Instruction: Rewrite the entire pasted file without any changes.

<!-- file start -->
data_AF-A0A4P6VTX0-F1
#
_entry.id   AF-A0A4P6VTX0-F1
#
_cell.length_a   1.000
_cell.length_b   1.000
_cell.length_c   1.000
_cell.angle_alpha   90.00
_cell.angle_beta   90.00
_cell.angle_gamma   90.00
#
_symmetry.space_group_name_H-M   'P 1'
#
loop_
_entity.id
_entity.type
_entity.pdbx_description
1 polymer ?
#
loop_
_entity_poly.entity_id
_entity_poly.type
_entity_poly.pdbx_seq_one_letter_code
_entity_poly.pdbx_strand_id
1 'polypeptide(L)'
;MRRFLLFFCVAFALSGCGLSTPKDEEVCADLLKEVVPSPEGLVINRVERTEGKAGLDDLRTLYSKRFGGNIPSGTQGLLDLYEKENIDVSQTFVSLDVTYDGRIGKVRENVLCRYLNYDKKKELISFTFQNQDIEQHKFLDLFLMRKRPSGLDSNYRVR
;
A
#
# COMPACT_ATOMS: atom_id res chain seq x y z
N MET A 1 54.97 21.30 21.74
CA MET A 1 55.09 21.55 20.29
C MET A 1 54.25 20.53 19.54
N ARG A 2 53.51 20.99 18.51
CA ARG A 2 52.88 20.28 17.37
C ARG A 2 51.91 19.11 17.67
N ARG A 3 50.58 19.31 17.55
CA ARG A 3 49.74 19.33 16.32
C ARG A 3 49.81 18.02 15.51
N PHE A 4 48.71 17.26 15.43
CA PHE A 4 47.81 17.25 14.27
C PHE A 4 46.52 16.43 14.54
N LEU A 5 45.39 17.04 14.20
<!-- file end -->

data_AF-A0A4P6VTX0-F1
#
_entry.id   AF-A0A4P6VTX0-F1
#
_cell.length_a   1.000
_cell.length_b   1.000
_cell.length_c   1.000
_cell.angle_alpha   90.00
_cell.angle_beta   90.00
_cell.angle_gamma   90.00
#
_symmetry.space_group_name_H-M   'P 1'
#
loop_
_entity.id
_entity.type
_entity.pdbx_description
1 polymer ?
#
loop_
_entity_poly.entity_id
_entity_poly.type
_entity_poly.pdbx_seq_one_letter_code
_entity_poly.pdbx_strand_id
1 'polypeptide(L)'
;MRRFLLFFCVAFALSGCGLSTPKDEEVCADLLKEVVPSPEGLVINRVERTEGKAGLDDLRTLYSKRFGGNIPSGTQGLLDLYEKENIDVSQTFVSLDVTYDGRIGKVRENVLCRYLNYDKKKELISFTFQNQDIEQHKFLDLFLMRKRPSGLDSNYRVR
;
A
#
# COMPACT_ATOMS: atom_id res chain seq x y z
N MET A 1 54.97 21.30 21.74
CA MET A 1 55.09 21.55 20.29
C MET A 1 54.25 20.53 19.54
N ARG A 2 53.51 20.99 18.51
CA ARG A 2 52.88 20.28 17.37
C ARG A 2 51.91 19.11 17.67
N ARG A 3 50.58 19.31 17.55
CA ARG A 3 49.74 19.33 16.32
C ARG A 3 49.81 18.02 15.51
N PHE A 4 48.71 17.26 15.43
CA PHE A 4 47.81 17.25 14.27
C PHE A 4 46.52 16.43 14.54
N LEU A 5 45.39 17.04 14.20